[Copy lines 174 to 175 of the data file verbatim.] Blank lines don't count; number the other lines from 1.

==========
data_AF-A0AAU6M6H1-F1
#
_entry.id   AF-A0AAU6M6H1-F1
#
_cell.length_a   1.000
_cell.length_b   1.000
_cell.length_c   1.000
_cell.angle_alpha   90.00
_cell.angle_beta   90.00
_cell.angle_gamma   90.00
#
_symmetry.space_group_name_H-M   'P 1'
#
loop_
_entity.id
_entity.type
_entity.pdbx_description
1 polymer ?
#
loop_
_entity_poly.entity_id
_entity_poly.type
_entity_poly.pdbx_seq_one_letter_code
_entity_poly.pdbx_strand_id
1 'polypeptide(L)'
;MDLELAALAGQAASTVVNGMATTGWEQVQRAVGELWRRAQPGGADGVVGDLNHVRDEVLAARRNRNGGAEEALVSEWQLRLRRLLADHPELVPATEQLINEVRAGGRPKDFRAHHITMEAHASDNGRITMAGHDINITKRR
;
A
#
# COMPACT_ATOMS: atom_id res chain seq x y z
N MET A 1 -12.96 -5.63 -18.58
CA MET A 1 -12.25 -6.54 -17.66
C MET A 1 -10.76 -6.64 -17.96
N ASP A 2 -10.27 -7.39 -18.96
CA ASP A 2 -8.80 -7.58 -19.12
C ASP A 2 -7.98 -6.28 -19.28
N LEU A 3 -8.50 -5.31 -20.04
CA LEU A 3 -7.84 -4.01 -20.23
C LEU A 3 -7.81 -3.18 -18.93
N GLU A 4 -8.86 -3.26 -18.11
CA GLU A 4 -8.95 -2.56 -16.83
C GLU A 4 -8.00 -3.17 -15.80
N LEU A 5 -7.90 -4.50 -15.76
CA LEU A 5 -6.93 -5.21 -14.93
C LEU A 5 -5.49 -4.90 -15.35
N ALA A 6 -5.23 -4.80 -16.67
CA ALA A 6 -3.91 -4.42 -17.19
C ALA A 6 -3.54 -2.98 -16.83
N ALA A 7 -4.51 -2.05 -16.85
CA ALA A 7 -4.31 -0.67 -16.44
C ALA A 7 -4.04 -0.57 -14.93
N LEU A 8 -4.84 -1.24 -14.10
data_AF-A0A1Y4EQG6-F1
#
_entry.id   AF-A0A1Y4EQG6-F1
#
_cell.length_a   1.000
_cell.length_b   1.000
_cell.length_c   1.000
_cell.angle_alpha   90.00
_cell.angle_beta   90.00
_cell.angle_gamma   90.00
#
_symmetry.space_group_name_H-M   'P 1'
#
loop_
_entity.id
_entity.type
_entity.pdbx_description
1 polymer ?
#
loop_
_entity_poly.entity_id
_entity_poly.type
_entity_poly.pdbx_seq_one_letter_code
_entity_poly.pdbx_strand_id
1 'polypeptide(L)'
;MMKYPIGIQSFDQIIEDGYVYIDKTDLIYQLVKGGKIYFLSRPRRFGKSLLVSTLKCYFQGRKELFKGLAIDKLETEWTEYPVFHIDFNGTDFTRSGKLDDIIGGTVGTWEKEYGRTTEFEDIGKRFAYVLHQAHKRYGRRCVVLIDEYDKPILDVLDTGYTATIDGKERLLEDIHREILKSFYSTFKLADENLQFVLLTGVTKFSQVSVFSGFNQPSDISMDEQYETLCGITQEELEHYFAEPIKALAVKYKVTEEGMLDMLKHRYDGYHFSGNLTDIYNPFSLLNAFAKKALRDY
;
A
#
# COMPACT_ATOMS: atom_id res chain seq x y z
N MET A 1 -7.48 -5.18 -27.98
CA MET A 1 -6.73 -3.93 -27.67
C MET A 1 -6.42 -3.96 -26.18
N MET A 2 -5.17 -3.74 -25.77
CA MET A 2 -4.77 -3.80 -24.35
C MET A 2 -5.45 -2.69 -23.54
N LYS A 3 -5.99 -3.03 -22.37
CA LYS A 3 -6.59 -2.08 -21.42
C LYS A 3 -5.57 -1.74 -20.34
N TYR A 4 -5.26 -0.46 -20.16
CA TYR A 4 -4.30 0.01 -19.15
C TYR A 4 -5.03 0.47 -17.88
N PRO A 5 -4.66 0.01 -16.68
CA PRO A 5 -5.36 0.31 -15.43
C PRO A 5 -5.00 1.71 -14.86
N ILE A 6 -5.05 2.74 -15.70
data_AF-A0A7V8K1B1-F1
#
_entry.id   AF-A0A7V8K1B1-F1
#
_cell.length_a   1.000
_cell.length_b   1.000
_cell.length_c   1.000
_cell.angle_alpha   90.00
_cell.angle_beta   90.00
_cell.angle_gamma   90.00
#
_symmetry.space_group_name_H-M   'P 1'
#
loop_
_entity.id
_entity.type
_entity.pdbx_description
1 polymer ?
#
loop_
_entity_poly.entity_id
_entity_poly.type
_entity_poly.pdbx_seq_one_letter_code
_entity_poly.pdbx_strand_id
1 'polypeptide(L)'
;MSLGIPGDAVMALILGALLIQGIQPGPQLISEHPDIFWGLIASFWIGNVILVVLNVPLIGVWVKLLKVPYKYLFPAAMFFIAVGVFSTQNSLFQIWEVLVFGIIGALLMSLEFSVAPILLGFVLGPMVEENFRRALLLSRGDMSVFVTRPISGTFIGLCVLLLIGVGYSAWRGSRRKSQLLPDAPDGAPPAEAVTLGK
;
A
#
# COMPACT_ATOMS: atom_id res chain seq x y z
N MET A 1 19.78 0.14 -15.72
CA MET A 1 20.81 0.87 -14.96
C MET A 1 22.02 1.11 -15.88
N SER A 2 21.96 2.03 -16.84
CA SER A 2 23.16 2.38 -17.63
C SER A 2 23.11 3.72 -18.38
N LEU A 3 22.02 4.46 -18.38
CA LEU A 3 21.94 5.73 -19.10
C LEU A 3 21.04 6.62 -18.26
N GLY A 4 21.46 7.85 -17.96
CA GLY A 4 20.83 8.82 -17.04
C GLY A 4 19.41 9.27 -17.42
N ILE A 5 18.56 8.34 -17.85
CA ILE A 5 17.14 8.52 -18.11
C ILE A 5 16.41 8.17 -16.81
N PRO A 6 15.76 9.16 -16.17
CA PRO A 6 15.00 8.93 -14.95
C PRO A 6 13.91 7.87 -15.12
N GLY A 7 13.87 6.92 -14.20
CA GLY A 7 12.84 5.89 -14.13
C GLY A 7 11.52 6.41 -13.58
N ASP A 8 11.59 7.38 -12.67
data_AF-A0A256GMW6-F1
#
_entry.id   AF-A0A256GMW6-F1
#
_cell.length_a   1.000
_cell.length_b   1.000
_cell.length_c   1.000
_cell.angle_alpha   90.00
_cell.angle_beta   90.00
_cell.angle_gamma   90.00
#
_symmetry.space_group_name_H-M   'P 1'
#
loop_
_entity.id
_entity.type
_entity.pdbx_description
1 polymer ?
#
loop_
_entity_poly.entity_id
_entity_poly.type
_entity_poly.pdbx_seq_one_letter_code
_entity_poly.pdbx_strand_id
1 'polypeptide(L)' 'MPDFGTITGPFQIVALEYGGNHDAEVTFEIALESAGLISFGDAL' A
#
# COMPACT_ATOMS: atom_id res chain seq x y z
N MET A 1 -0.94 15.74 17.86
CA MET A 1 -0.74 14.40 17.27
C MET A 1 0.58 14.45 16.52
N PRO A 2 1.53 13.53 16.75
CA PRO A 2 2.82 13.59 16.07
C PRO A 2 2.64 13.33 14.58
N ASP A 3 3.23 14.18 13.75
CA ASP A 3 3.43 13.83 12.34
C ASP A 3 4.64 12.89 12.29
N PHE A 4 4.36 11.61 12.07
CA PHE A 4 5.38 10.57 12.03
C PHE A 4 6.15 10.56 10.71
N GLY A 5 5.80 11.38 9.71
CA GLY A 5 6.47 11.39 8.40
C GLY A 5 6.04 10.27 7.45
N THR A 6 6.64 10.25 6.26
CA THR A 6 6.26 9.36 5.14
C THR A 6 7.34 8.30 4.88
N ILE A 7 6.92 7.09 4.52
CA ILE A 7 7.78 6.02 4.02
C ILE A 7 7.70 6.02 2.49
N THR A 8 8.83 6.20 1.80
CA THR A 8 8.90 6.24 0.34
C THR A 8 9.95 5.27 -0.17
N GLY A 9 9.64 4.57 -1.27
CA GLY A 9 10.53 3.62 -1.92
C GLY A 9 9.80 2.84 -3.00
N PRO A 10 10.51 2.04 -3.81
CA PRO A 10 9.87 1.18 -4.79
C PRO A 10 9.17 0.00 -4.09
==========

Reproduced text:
_entity_poly.pdbx_strand_id
1 'polypeptide(L)' 'MPDFGTITGPFQIVALEYGGNHDAEVTFEIALESAGLISFGDAL' A